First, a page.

Disarmament DiplomacyIssue No. 53, December 2000 - January 2001
Bush Team Confirmation Hearings
Secretary of State-designate
Prepared statement of Colin L. Powell, Confirmation Hearing before the Senate Foreign Relations Committee, January 17, 2001.
"Our relations with Russia must not be dictated by any fear on our part. If we believe that the enlargement of NATO should continue, for example - and we do - we should not fear that Russia will object. ... Russia is a country that can gain enormous benefits from its relationship with us and with the West in general. But that relationship can only be a strong and successful one if Russia does what it needs to do. And what it needs to do, as President-elect Bush has said, is to get on with reform - in particular by firmly establishing the rule of law, rooting out corruption, stopping proliferation of missile technology and nuclear materials, ending sales of destabilizing conventional weapons to nations such as Iran and, in general, living up to the obligations it has incurred as the newest democracy with world power credentials. ...
In conjunction with Secretary-designate Rumsfeld, we will review thoroughly our relationship with the North Koreans, measuring our response by the only criterion that is meaningful - continued peace and prosperity in the South and in the region. ... Secretary Albright has made me aware of the status of discussions with the North Koreans. So we are mindful of all the work that has been done and will use it as we review our overall policy on the Peninsula. In the meantime, we will abide by our commitments under the Agreed Framework provided that North Korea does the same. ...
We must always be mindful of the uniqueness of America's armed forces. We possess the only military in the world that can go anywhere, any time, support ourselves over the long haul, and do it all in an overwhelming and decisive manner if need be. Tying down such forces is often imprudent. We need to consider these points whenever we feel the need to use our armed forces for peace operations that promise long or undetermined duration. We must consider also that when we deploy our military, whether for peace operations or potential conflict, they are vulnerable to more than simply conventional weapons.
While such weapons constitute the primary threat to our men and women in uniform, our GIs are also vulnerable to weapons of mass destruction delivered by missiles, as are the militaries and civilian populations of our allies and our friends. Theater Missile Defense is therefore an important requirement for our forces. Working with Secretary-designate Rumsfeld, we will review where our technology is today for TMD and also for National Missile Defense. As you are aware, President-elect Bush has made it quite clear that he is committed to deploying an effective missile defense using the best technology at the earliest possible date. We will be developing a plan for the way ahead - including looking at the diplomatic ramifications.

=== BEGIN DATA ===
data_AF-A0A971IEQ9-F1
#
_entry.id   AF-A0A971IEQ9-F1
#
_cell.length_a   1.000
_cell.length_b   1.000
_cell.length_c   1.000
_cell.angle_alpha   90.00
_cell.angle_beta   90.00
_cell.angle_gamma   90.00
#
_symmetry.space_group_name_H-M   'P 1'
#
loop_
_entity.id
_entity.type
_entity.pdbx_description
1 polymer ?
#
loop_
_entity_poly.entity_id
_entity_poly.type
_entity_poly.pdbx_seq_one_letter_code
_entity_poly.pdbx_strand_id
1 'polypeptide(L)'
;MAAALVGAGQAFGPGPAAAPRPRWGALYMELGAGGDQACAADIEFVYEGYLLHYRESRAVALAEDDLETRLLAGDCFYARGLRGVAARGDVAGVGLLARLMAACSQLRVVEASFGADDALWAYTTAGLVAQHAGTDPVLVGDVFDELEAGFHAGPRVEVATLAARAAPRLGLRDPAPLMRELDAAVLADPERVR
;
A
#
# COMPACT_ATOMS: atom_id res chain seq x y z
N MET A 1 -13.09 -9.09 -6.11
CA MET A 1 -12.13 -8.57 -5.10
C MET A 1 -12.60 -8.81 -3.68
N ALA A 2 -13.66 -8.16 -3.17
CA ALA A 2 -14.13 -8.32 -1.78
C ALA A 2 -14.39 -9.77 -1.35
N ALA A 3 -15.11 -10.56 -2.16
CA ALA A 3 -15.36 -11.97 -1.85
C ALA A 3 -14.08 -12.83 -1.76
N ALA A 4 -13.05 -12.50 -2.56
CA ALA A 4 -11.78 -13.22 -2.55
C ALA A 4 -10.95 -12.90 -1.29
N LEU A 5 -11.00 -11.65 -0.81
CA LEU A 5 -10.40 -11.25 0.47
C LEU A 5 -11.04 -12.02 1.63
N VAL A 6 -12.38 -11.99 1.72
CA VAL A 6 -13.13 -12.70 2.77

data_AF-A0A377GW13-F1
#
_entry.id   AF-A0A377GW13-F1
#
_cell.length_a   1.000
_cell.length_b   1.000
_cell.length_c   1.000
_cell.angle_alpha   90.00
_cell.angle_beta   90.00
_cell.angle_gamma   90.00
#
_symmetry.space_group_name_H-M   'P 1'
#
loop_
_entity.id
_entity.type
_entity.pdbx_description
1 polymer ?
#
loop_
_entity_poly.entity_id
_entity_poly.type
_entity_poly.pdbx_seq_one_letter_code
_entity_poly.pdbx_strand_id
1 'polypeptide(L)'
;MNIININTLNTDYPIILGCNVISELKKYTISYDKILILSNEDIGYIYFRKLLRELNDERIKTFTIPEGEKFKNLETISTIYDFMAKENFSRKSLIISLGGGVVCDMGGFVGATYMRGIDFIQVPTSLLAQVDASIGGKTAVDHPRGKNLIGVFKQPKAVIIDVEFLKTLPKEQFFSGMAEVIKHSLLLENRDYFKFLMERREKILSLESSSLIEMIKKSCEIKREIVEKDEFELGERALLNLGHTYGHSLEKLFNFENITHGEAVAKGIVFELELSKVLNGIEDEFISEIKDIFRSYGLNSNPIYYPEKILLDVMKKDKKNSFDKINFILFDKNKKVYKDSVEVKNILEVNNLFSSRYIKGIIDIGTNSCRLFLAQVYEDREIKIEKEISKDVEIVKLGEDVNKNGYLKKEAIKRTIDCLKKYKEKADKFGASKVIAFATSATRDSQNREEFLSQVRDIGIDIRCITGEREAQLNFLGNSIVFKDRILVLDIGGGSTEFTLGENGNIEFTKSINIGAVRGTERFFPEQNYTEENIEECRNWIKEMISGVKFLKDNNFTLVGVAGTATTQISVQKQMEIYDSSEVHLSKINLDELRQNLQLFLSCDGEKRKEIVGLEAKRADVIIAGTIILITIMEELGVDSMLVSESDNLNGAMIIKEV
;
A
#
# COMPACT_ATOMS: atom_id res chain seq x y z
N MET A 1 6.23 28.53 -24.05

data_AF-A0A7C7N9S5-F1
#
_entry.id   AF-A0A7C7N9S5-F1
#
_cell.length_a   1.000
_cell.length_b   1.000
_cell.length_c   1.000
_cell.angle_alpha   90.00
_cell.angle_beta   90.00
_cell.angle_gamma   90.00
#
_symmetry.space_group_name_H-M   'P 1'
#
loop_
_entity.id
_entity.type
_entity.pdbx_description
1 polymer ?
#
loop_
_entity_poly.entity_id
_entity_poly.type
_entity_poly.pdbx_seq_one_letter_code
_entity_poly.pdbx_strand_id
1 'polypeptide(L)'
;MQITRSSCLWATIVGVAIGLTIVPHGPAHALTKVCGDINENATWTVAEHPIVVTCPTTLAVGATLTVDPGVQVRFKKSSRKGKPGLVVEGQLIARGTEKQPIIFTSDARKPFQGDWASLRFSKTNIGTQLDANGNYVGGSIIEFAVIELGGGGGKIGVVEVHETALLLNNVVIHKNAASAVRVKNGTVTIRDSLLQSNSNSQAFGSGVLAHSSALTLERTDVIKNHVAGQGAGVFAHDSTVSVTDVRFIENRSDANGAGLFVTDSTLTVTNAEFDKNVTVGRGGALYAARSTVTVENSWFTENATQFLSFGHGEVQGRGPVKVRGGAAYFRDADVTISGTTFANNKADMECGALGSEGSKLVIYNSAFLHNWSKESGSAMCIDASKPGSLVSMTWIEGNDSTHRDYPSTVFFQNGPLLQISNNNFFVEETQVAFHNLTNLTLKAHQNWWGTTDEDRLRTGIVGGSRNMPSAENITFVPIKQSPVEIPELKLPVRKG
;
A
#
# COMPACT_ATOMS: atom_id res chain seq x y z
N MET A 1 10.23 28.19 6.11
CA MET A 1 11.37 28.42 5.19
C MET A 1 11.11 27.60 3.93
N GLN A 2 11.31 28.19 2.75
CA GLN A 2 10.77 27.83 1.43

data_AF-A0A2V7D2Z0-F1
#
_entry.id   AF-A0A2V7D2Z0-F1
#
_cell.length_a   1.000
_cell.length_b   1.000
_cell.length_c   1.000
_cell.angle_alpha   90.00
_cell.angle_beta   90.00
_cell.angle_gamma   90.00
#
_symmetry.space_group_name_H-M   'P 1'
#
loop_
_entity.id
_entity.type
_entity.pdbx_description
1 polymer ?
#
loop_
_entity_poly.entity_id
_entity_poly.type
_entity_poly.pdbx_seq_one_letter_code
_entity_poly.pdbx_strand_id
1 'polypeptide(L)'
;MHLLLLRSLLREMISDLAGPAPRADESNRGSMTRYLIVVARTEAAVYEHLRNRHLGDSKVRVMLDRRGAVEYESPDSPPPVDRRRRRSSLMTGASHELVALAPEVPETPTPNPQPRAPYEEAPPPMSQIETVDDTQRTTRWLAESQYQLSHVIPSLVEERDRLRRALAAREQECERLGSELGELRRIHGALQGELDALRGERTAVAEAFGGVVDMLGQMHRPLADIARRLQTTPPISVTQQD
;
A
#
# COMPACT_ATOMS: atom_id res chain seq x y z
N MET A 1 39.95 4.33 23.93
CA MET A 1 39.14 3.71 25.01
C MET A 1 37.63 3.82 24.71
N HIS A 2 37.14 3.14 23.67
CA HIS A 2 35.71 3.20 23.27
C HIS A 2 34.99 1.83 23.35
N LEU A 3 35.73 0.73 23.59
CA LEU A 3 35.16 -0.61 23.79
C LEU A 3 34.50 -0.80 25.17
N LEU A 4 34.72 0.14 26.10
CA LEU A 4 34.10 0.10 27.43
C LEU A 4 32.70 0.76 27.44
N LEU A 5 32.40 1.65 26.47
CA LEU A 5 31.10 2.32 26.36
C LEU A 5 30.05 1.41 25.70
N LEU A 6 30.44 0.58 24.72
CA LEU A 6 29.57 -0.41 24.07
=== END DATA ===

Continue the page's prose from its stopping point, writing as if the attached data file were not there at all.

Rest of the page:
I believe it is important that we look at missile defense within the context of our entire strategic framework. This framework includes offensive nuclear weapons, our command and control systems, our intelligence systems, arms control including our non-proliferation efforts, and missile defense. No one thinking soundly, logically, would construct a strategic framework with offense only. ... If we can put together a complete framework, one that includes all the strategic dimensions, including defense, we will be that much better off in our relations with both friend and foe. I still remember the original purpose of such a defense - that is, to start diminishing the value of offensive weapons. That's important if we are serious...in our efforts to make the world a safer place with fewer nuclear weapons and with the ones that remain having less currency.
There is no question that today we still need the offensive component of our strategic architecture because, in my mind, the greatest deterrent right now is the clear fact that we have the capability to destroy any tyrant who could fire a missile at us. This is another area where studied ambiguity is useless. With respect to our offensive component we still need a president who can stand on a DMZ [Demilitarized Zone], gaze into enemy territory, and let it be known without a second's hesitation that should a missile come from that territory there is no question as to what will happen next.
While we design this complete strategic framework and decide these important issues on missile defense, there will be time to consult with our allies and friends to solicit their views and to ensure their understanding of what we are doing and, in some cases, their participation. We will also discuss this issue with the Russians and the Chinese, as we continue to operate on the arms control front as well. In that context, the ABM Treaty in its current form is no longer relevant to our new strategic framework. We hope to persuade the Russians of the need to move beyond it.
Important in this regard also is to reduce further the number of excess nuclear weapons in the offensive part of the framework. There are still too many in ours and in Russia's stockpiles. And in Russia there are still thousands of nuclear weapons that may not be secure. This challenge was addressed in 1991 by you, Senator Lugar, and by your fellow Senator then, Senator Nunn of Georgia. Under the resulting program, security at many Russian nuclear facilities has been improved and warheads have been destroyed. But a great deal of Russian nuclear material cannot be accounted for. We need an accurate inventory of all this material. And we need to increase and reinforce our efforts to dismantle as many of Russia's weapons as possible, as quickly as possible. I am confident that we can continue to count on strong congressional support for these efforts, as has been the case in the past.
We also need to review our approach to curbing the proliferation of weapons of mass destruction, which will have a high priority in the Bush administration. In that regard, the President-elect does not plan to ask the Senate to take up again for ratification the Comprehensive Test Ban Treaty. At the same time, he has said that we will not resume testing as there is no need to do so for the foreseeable future. I have reviewed the report by President Clinton's special advisor and my colleague General Shalikashvili, and we will be reviewing the recommendations he makes, especially those relating to the Stockpile Stewardship Program.